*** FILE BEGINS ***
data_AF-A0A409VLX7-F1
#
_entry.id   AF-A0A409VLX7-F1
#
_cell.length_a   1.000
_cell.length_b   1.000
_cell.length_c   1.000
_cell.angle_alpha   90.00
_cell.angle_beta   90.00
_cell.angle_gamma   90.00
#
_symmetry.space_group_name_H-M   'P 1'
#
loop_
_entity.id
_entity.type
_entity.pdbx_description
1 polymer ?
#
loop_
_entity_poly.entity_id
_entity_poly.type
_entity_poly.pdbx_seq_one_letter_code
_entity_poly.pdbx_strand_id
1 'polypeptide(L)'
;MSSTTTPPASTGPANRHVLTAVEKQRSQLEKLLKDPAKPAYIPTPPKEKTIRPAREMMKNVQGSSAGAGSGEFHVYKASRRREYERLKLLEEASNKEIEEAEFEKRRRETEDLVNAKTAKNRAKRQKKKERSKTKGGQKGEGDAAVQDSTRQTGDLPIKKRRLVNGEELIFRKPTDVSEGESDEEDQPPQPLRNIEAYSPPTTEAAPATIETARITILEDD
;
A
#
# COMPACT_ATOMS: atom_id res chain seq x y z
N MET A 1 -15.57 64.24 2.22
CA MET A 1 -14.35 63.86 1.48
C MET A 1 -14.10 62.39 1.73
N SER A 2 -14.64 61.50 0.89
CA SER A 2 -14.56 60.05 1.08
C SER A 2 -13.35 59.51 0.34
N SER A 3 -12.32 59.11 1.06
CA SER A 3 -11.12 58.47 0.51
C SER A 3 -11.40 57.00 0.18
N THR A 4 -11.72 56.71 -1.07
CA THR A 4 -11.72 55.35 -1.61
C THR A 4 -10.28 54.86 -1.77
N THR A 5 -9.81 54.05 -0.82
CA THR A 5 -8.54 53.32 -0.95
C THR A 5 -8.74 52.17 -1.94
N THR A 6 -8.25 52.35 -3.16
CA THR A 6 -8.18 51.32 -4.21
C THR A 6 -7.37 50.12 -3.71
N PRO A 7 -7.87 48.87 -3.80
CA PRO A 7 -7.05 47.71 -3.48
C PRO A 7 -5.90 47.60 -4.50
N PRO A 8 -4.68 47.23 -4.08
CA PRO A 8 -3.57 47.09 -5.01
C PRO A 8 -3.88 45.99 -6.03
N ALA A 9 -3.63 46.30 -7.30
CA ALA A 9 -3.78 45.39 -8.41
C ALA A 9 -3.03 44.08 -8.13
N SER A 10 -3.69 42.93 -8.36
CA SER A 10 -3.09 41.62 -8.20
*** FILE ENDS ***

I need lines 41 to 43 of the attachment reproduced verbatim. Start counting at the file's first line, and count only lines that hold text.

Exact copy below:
CA THR A 4 -11.72 55.35 -1.61
C THR A 4 -10.28 54.86 -1.77
N THR A 5 -9.81 54.05 -0.82